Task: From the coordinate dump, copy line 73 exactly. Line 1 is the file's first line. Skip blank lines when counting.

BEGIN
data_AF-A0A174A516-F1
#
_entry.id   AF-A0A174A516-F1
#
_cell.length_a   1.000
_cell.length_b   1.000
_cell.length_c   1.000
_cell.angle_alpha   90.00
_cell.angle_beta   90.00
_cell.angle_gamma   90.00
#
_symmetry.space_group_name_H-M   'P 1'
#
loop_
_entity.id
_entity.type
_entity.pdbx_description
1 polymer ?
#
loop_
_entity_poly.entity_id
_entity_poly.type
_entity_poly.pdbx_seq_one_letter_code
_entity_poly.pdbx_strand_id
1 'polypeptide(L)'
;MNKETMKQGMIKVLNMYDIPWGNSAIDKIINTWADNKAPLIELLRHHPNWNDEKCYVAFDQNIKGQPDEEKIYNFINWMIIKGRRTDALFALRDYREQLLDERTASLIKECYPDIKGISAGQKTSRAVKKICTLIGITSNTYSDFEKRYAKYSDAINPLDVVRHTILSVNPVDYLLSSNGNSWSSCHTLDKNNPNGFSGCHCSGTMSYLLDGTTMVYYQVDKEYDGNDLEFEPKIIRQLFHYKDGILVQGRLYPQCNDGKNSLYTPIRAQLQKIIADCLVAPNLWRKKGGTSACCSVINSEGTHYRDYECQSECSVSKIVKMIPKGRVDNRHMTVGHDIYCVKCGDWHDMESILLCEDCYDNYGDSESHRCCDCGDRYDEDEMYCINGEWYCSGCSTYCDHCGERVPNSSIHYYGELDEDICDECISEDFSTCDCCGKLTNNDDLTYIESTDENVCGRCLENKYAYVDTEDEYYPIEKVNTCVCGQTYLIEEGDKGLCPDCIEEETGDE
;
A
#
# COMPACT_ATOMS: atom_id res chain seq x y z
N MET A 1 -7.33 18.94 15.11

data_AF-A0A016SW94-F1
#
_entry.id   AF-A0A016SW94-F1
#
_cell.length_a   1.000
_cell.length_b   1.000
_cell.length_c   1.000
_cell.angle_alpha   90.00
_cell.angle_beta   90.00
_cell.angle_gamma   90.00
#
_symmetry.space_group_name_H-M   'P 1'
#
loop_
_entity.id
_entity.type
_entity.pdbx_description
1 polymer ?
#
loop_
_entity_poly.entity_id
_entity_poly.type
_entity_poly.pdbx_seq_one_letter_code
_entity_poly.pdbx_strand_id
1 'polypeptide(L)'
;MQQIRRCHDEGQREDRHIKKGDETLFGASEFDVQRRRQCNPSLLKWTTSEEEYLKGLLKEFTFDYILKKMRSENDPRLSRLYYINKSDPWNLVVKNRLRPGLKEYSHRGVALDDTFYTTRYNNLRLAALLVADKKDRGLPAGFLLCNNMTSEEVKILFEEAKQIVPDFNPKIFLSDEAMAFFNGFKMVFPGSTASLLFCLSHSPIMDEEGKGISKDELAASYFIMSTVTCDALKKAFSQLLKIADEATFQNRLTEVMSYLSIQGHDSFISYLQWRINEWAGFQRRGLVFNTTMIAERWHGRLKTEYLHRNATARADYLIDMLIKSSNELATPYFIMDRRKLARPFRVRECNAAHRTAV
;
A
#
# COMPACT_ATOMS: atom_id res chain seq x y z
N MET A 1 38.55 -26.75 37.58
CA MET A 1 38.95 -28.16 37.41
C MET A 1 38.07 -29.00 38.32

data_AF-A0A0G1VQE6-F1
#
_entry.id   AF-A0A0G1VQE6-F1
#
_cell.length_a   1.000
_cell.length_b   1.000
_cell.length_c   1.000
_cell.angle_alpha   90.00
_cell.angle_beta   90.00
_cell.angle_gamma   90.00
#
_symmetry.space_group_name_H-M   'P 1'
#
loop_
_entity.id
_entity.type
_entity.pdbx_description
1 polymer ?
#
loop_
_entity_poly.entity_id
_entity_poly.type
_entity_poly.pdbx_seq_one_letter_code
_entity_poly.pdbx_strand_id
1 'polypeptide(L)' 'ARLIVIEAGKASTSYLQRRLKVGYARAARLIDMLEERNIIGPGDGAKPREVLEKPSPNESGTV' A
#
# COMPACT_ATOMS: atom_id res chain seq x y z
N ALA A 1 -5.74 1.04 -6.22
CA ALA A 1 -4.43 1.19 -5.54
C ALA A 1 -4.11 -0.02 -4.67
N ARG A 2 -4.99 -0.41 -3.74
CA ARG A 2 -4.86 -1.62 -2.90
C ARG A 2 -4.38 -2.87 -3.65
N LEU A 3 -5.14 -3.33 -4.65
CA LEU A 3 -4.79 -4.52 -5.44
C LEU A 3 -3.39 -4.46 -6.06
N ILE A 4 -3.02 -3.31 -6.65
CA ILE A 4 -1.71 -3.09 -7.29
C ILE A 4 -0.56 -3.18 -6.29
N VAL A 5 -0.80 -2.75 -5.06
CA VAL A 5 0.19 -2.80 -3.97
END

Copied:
_cell.angle_beta   90.00